Campaign Frenzy in Final Week Before Israeli Elections


With only a week remaining before elections, the 15 parties vying for Knesset seats are plastering Israeli media, billboards and buses with ads in a frenzy of last-minute campaigning that will determine the nation’s political configuration for as long as five years.

In the overheated electoral atmosphere, parties are crossing legal and ethical boundaries. The Central Election Committee (CEC) decided to disqualify several campaign ads sponsored by Likud-Beiteinu, Tzipi Livni’s Hatnua and Kadima parties, because they illegally featured IDF soldiers.

Judge Elyakim Rubinstein, who heads the committee, ordered the parties to eliminate the troops from the ads, which were scheduled to be launched
elections, Knesset, Likud-Beiteinu, Hatnua, Kadima, CEC, Elyakim Rubinstein next Monday. Election laws prohibit making use of soldiers in a way that suggests the army is associated with any political body.

On Monday, representatives from across the political spectrum participated in a hearing at the CEC to protest what they argued is Rubinstein’s interference with their rights to free speech in a political campaign.

The right-wing party Strong Israel was there to protest the banning of a broadcast using the slogan “not an Arab country, and not a country of infiltrators,” while the Arab party Balad claimed its right to parody the Israeli national anthem.

Regarding the latter, Justice Rubinstein had stated “contempt of the symbols of the state … is not acceptable to me.”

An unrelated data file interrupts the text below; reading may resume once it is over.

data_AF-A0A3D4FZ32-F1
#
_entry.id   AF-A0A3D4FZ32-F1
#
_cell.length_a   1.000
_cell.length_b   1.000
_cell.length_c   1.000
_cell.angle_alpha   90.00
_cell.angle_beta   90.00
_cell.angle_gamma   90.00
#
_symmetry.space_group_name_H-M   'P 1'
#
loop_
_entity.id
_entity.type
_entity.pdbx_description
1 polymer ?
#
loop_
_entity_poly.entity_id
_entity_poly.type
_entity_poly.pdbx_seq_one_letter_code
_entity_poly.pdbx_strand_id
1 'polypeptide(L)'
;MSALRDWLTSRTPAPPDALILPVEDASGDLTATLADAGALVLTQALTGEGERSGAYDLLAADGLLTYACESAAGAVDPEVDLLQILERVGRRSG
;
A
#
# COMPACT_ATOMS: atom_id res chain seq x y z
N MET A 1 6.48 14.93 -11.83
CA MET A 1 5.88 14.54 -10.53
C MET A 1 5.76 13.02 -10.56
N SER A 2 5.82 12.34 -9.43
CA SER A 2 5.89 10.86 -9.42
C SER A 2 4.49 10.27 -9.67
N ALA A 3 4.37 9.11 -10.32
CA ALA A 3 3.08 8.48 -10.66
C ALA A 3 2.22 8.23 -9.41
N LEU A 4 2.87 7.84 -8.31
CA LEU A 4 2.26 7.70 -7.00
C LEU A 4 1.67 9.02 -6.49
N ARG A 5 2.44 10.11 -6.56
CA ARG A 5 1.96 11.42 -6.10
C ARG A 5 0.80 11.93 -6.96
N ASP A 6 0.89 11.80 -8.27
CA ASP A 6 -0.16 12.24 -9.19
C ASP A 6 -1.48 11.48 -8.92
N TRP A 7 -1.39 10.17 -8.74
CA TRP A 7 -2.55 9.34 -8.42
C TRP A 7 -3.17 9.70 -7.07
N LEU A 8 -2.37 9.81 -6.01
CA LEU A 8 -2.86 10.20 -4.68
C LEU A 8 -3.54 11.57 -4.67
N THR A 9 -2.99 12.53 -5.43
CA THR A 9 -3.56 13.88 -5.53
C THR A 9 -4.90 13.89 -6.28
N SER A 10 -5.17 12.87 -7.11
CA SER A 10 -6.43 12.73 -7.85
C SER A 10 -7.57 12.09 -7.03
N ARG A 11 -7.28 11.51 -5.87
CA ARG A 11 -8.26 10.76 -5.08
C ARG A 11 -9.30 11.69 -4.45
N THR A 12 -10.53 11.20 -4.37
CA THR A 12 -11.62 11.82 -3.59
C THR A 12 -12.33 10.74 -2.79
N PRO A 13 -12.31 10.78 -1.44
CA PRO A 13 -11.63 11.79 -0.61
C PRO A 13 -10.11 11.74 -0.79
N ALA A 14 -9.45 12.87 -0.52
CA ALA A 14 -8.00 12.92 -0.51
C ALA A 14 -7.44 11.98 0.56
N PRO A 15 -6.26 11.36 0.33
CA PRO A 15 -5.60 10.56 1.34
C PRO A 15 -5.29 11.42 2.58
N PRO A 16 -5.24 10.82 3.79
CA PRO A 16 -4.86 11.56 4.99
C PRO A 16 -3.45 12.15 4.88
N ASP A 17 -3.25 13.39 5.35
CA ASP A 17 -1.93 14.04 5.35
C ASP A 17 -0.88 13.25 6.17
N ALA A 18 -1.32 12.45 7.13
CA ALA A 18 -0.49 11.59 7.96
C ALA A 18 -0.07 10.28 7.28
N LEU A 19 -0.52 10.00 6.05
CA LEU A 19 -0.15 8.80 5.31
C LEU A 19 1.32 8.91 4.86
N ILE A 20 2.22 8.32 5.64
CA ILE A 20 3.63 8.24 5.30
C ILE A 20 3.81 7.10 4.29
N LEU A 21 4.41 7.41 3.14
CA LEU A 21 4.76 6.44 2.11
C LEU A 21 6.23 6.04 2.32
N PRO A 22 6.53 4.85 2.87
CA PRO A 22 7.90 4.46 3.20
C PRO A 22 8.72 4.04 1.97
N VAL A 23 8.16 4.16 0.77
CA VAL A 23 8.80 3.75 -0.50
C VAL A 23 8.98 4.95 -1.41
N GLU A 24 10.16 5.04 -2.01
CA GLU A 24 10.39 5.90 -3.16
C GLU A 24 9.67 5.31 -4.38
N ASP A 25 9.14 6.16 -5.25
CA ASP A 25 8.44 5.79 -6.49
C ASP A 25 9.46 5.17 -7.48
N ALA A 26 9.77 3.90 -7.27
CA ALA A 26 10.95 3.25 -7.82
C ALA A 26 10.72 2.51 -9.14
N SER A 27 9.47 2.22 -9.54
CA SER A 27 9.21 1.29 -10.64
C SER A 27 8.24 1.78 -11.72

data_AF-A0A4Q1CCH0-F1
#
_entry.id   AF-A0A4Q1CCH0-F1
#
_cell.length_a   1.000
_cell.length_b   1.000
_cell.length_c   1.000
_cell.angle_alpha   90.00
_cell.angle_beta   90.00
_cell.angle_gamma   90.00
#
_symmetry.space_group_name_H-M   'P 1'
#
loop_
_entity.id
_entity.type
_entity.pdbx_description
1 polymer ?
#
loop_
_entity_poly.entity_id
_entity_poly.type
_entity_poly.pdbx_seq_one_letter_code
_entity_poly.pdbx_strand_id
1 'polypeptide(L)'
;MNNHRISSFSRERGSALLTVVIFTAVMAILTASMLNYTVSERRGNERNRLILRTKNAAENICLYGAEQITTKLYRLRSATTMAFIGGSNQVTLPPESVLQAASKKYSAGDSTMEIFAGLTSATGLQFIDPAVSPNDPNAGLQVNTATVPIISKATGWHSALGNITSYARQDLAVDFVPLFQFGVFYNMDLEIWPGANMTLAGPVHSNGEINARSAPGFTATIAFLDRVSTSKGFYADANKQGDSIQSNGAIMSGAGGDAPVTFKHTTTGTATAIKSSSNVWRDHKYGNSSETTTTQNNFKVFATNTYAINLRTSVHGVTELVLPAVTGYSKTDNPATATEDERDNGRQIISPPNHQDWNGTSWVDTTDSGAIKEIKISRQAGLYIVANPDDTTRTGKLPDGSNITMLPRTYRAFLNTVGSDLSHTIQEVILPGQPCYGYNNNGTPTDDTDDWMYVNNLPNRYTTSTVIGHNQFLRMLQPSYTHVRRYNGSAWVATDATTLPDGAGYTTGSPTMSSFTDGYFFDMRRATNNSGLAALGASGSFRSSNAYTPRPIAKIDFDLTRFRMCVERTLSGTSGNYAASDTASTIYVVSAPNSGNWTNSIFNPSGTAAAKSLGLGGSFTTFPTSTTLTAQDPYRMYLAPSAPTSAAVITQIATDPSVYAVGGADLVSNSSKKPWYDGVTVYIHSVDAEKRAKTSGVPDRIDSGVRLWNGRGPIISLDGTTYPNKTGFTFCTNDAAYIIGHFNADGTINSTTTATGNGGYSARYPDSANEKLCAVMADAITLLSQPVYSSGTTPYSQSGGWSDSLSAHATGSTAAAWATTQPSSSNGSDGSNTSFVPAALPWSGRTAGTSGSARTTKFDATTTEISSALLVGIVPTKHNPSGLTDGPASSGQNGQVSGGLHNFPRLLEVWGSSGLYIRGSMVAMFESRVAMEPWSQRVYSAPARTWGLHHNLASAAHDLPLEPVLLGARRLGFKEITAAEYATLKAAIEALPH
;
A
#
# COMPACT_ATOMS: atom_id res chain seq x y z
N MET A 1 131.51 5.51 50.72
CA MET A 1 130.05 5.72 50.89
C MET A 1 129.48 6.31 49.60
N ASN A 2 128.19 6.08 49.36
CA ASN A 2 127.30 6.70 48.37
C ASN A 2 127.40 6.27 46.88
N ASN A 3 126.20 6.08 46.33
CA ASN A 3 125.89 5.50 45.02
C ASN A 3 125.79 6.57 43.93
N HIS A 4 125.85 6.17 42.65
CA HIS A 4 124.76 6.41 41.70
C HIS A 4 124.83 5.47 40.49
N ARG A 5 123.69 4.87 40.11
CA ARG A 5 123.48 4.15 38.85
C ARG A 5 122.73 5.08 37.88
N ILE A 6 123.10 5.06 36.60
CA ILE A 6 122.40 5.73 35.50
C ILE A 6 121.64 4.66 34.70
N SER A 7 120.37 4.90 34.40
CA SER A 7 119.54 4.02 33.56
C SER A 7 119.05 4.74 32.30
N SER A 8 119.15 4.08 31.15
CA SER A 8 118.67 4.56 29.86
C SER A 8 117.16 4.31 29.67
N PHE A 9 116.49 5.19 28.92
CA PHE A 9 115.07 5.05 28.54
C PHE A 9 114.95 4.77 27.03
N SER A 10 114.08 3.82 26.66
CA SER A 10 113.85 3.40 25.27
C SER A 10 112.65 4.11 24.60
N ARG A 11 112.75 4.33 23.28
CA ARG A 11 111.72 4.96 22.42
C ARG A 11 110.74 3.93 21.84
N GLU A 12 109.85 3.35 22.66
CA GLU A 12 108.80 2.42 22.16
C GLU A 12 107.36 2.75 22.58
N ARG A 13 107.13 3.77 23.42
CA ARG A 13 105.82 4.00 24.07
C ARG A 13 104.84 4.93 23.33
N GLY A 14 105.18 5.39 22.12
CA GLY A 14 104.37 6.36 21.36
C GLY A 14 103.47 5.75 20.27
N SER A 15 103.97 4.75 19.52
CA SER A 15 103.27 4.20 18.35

The same committee ruled recently that Kadima bus ads targeting kollel students were acceptable even though the claims made in the ads were discredited.

Rubenstein was expected to issue a decision by Tuesday.

As part of the final push, Likud-Beiteinu is about to launch a new campaign on billboards, and Labor leader Shelly Yacimovich will be calling undecided voters herself from party headquarters.

Since, by all poll predictions, Binyamin Netanyahu will be chosen again as prime minister, the intense campaigning is all about how many seats in the Knesset each party will win, which in turn will give them bargaining power in the post-election government coalition-making. And since Likud-Beiteinu is not expected to garner more than 35 seats of the total 120, it will once again have to negotiate with other parties to form a ruling majority.

The most recent polls predict that Labor will receive 17 seats, Jewish Home 14, Yair Lapid’s Yesh Atid 11, Shas 9, Tzipi Livni’s Hatnuah 8, United Torah Judaism 5, and Meretz 5. A Panels Politics poll predicted on Monday that Kadima — until recently the Knesset’s largest party with 28 seats but which has faced doubt whether it would continue to exist at all — will get three seats.

However, word of the unexpectedly big budget deficit may hurt Likud-Beiteinu’s showing. Also, a poll released a few days ago indicated that some 25 percent of eligible voters are undecided.